Prof. Goguen, I know you're a fan of Amazon (me, too!), so heres a link...
    Amazon.com: Fleck, Ludwik, Genesis and Development of a Scientific Fact
    This copy is interesting because it has a forward by Thomas Kuhn, in which he
    makes a (suspiciously?) explicit denial of having been significantly
    influenced by this book, although he does admit to have read it before
    publishing _The Structure of a Scientific Revolution_.

  5. Star and Bowker are visiting 14-18 November!
    Representation and Erasure:  Classification and Organizational Memory
    Geoffrey C. Bowker
    Associate Professor
    Graduate School of Library & Information Science
    University of Illinois at Champaign-Urbana
    WHEN:	Monday, November 16, 1998
    WHERE:	Media Center/Communication Building
    		The Herbert I. Schiller Room 201 
    TIME:	12:30-2:00pm
    Formal classification systems are a large part of organizational
    communication, organizational memory, and of the infrastructure for knowledge
    work.  Building on earlier work on the development of knowledge
    infrastructures (Bowker, 1994), this paper analyzes classifications of nursing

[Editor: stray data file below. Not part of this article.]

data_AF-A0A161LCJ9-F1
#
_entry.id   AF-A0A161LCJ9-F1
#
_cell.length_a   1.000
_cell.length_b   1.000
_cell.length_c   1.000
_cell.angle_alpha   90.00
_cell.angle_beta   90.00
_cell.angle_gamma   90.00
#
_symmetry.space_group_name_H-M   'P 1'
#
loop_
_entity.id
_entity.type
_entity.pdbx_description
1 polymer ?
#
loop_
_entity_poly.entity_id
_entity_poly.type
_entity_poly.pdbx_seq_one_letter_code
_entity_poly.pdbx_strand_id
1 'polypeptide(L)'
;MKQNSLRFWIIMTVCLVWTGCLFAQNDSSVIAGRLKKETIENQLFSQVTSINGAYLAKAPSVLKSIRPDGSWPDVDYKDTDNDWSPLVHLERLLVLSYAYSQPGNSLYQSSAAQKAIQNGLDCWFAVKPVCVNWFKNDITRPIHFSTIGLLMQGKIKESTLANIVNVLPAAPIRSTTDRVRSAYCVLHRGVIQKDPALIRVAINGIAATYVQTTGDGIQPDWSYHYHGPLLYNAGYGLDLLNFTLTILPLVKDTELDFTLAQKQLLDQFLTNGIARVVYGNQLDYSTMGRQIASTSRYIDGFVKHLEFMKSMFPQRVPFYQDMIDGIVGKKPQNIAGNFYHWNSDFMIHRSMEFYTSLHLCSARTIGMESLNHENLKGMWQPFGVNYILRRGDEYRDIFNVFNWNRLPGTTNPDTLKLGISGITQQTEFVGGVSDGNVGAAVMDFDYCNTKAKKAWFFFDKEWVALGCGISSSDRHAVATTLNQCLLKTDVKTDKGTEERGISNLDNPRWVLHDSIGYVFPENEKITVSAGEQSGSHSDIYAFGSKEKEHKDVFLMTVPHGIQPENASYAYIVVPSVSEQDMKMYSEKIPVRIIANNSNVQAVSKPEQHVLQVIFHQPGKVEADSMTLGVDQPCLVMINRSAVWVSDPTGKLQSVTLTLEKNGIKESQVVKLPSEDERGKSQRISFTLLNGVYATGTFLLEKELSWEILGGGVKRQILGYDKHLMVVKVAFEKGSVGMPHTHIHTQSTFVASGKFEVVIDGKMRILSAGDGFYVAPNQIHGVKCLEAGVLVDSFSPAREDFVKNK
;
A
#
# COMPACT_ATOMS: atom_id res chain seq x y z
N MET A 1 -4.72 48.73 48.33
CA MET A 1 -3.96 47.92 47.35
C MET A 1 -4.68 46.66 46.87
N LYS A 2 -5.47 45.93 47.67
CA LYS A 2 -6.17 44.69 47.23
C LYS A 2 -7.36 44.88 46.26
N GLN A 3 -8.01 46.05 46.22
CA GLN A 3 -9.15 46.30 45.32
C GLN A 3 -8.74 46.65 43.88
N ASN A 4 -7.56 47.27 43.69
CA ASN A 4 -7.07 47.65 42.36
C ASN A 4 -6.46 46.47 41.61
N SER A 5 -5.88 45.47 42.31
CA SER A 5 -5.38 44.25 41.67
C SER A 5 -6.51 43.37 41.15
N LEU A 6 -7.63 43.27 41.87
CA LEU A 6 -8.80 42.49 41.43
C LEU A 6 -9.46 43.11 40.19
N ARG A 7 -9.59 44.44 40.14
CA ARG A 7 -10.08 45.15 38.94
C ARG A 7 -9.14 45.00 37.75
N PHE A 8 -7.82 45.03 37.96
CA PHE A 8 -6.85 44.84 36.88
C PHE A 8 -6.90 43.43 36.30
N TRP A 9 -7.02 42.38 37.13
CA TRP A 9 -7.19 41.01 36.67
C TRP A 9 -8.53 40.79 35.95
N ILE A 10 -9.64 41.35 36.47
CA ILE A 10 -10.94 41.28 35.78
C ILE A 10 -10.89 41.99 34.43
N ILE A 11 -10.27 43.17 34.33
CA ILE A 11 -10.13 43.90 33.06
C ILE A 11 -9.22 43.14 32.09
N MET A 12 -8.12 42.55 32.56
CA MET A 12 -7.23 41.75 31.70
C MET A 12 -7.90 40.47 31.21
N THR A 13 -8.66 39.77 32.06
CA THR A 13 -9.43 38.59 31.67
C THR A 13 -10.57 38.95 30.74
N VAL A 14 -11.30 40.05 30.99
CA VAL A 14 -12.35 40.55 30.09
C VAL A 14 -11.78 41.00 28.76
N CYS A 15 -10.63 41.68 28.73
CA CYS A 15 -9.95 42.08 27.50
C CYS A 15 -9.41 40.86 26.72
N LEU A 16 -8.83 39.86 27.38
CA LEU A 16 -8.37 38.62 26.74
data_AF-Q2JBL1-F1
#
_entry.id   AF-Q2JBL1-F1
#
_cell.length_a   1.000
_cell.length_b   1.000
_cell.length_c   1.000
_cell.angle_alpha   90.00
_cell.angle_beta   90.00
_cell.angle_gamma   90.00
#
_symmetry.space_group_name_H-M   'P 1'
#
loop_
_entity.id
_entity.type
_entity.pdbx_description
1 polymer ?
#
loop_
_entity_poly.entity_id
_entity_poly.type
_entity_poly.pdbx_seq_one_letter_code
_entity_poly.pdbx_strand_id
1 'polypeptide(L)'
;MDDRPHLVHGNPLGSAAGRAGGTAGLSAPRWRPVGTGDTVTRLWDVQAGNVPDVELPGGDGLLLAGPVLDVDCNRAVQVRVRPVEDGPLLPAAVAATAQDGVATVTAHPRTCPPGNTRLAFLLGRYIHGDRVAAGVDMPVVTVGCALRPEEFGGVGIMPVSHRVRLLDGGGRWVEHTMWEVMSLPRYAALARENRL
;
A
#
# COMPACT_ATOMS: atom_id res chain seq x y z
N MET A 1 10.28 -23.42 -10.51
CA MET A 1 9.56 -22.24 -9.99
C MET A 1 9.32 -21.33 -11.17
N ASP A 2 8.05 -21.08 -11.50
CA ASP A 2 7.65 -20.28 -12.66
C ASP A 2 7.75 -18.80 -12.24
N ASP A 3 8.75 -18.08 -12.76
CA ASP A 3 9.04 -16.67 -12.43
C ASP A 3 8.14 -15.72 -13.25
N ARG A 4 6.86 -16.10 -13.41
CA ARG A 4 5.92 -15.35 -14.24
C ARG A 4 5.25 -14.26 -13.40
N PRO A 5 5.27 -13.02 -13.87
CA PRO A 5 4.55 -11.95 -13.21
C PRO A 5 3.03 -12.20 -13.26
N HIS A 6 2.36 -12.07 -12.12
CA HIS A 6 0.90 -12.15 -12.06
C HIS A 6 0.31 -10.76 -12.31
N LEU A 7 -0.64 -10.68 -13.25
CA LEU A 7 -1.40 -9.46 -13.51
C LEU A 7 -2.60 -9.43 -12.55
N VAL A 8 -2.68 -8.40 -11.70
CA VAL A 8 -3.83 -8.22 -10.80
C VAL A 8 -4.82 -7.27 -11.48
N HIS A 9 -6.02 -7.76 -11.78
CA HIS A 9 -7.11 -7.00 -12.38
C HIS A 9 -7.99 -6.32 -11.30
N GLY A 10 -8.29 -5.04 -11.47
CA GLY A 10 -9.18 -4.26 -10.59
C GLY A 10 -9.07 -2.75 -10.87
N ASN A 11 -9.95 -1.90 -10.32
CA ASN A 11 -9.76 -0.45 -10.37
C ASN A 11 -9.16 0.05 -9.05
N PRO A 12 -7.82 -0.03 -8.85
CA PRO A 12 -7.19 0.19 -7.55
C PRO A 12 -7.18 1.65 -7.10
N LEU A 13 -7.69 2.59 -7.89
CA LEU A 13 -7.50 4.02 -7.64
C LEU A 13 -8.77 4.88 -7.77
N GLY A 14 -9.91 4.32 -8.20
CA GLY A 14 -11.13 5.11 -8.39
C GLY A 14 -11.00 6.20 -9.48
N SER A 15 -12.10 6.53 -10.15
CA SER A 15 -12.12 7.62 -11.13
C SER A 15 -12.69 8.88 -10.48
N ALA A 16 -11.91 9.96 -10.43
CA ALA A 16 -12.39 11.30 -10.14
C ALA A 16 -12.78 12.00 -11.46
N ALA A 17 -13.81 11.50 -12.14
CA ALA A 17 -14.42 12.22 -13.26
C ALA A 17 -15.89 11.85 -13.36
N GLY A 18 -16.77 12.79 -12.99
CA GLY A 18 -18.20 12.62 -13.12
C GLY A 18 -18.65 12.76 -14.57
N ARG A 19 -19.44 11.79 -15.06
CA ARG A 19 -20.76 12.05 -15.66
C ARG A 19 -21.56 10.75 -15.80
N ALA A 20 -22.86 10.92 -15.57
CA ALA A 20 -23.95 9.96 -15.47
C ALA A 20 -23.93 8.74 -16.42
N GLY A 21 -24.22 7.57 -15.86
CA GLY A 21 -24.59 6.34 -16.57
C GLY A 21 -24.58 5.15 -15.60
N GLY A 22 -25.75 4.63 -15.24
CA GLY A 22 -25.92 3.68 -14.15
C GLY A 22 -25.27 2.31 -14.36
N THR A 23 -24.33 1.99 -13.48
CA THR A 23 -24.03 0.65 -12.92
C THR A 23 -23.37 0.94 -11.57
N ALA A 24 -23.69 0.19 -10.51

work, viruses and plants in order to explore these social and organizational
    features of classification systems.  The argument is made that classification
    systems provide means of storing both domain information and information about
    organizational work.  In particular, they represent dynamic compromises
    between different groups within and between organizations.  At times, these
    compromises mean that some voices are silenced and others privileged within
    formal classifications.  The paper looks at the ecology of forgetting and
    remembering within the classification systems discussed, arguing that what is
    forgotten (and how the forgetting is done) can be just as important to the
    organization as what is remembered (Bowker, 1997).  Finally, taking the
    example of the field of biodiversity information, some implications are drawn
    for the development of large scale distributed information systems.
    Bowker, 1994.  Geoffrey C. Bowker, Science on the Run: Information Management
    and Industrial Geophysics at Schlumberger, 1920-1940.  Cambridge, MA: MIT
    Bowker, 1997. Lest We Remember: Organizational Forgetting and the Production
    of Knowledge, in Accounting, Management and Information Technology, 7 (3)